39 “I don't think an assessment should be painful for the students or painful for the staff that assess it” – science lecturer

40 Beliefs

41 “technology becomes really critical where assessment is concerned. If you set something up and it doesn't work, they don't trust you. Getting them on board again is a killer … students can be very hostile to you making mistakes. They're not very forgiving” – arts lecturer

42 Technology

43 Improving assessment Requested supports Exemplars Time, money, sessionals Someone to help Involvement from senior academics Our analysis adds Understanding of freedom to move

44 More information A short paper: sclr.li/19 sclr.li/19 This research is supported by an Australian government Office for Learning and Teaching grant titled “Improving assessment: understanding educational decision-making in practice” (ID )

45 References Carless, D. (2009). Trust, distrust and their impact on assessment reform. Assessment & Evaluation in Higher Education, 34(1), doi: / Hattie, J., The Black Box of Tertiary Assessment: An Impending Revolution, in Tertiary Assessment & Higher Education Student Outcomes: Policy, Practice & Research, L.H. Meyer, et al., Editors. 2009, Ako Aotearoa: Wellington, New Zealand. Offerdahl, E. G., & Tomanek, D. (2011). Changes in instructors' assessment thinking related to experimentation with new strategies. Assessment & Evaluation in Higher Education, 36(7), doi: / Price, M., Carroll, J., O'Donovan, B., & Rust, C. (2011). If I was going there I wouldn't start from here: a critical commentary on current assessment practice. Assessment & Evaluation in Higher Education, 36(4), doi: /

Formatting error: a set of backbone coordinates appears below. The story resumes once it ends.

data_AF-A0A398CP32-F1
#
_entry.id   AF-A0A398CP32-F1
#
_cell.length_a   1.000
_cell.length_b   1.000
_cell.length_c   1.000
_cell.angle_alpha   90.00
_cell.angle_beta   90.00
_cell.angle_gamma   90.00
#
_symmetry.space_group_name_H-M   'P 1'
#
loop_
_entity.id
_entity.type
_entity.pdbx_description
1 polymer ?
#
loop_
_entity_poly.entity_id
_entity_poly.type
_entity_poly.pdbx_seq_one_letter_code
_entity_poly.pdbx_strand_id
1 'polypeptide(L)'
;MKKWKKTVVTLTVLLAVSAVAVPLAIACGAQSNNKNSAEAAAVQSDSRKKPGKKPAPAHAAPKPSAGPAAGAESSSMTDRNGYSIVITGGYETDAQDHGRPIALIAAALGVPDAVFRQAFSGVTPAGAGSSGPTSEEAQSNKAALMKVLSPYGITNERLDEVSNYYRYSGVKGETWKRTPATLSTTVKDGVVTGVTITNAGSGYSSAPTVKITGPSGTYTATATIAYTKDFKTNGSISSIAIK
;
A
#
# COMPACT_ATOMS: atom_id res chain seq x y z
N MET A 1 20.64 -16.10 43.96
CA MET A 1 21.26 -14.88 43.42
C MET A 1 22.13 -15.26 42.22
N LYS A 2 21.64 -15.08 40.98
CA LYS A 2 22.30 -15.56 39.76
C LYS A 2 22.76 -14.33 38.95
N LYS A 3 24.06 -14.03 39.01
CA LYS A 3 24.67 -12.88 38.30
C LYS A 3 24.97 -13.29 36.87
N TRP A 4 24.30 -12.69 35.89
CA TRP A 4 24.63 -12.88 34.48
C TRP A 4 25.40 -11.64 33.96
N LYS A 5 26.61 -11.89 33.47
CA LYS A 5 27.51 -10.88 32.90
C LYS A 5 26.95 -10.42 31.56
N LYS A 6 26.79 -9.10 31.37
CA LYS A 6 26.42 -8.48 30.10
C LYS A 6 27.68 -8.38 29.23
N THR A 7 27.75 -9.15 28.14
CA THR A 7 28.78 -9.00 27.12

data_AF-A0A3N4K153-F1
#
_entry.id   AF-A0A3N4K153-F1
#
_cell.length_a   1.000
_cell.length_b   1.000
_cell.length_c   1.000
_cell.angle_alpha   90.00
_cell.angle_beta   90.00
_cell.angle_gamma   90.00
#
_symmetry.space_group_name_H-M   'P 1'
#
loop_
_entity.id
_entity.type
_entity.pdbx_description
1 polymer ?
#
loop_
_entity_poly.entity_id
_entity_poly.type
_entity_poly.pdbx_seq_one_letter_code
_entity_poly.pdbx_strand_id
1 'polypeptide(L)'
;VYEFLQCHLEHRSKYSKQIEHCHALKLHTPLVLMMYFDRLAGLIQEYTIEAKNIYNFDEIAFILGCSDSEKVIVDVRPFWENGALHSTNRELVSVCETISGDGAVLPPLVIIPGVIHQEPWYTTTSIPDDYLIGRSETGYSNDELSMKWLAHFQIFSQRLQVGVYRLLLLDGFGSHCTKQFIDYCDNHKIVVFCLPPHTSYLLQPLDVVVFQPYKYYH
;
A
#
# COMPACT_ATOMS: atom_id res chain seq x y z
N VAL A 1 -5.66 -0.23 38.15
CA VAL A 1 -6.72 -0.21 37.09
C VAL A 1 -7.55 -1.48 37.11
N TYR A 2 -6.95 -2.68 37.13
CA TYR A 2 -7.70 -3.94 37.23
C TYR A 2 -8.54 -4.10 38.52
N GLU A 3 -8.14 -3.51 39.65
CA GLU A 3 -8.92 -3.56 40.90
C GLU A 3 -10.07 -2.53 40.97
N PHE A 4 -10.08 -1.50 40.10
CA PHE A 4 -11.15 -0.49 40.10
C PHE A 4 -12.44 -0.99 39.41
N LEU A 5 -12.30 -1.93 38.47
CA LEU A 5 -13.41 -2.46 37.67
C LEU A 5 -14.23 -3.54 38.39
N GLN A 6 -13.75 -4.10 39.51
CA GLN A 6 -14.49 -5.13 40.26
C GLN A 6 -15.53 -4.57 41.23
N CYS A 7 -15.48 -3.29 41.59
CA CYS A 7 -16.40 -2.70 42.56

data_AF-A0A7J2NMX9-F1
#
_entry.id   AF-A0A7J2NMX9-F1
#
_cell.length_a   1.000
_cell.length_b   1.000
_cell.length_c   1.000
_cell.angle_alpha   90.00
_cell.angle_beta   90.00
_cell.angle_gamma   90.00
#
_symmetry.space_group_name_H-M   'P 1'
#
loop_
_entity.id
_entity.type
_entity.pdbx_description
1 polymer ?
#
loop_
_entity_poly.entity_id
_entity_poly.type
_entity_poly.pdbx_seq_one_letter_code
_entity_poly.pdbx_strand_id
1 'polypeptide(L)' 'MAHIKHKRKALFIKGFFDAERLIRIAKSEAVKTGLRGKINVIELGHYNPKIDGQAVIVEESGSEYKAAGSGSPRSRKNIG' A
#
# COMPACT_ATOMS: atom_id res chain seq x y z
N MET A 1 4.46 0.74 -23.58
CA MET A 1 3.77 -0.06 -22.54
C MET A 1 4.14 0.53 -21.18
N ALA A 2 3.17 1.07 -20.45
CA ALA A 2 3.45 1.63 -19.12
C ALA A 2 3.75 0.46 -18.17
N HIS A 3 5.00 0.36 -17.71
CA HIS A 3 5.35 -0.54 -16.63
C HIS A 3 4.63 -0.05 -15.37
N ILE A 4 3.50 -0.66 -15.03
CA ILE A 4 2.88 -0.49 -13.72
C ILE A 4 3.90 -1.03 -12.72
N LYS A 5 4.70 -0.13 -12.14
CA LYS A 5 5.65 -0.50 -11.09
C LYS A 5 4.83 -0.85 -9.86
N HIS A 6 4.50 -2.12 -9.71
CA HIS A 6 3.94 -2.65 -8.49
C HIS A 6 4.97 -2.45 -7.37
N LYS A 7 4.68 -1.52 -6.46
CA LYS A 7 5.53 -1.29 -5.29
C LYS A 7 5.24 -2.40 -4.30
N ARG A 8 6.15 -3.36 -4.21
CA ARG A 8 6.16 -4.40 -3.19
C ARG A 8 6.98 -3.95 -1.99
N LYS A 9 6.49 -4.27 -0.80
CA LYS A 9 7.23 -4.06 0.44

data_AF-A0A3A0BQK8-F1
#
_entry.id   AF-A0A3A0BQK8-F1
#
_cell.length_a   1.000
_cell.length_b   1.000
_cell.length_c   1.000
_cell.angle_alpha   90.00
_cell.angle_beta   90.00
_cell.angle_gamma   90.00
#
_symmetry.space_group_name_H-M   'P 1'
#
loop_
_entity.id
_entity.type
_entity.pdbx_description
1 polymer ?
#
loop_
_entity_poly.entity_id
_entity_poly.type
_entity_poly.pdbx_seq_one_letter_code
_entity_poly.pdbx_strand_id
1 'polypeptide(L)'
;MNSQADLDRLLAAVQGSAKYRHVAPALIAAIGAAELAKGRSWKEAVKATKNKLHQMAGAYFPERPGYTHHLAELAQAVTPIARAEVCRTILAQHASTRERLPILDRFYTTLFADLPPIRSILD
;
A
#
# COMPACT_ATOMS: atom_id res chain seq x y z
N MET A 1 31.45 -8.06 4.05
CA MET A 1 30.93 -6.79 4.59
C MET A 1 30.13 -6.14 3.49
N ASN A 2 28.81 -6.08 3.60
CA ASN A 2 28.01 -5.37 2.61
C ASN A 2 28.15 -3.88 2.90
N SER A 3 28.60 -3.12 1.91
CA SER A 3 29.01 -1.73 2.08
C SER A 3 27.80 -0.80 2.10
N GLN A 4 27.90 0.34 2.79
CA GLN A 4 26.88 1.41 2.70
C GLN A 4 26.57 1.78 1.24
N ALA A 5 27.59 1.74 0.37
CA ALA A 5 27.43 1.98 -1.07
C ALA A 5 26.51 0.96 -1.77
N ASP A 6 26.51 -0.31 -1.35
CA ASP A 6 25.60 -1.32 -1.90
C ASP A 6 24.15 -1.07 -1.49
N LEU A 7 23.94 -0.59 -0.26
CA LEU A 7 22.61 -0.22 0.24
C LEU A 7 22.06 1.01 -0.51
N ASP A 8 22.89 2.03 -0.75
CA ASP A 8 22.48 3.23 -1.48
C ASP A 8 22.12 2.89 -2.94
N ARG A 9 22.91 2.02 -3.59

46 Extra slides

47 Research and ideas from the literature “there's some interesting papers that look at the use of wikis and peer learning and those sorts of things” – science lecturer (early- career)

48 Research and ideas from the literature “That was really quite confronting to me and reading education literature, and I'd still find it difficult because it's completely different to my discipline … I just find it really, really difficult. Because I’m going, "My god, that's just their feelings."” – science lecturer (late- career)

49 Time and workload “I think a lot of us have good intentions, we just don't have the time” – science lecturer “But the main thing is that, it has to be feasible from a resource point of view as well. And if at a resource point of view, as well, as that educational perspective as well.” – health professions lecturer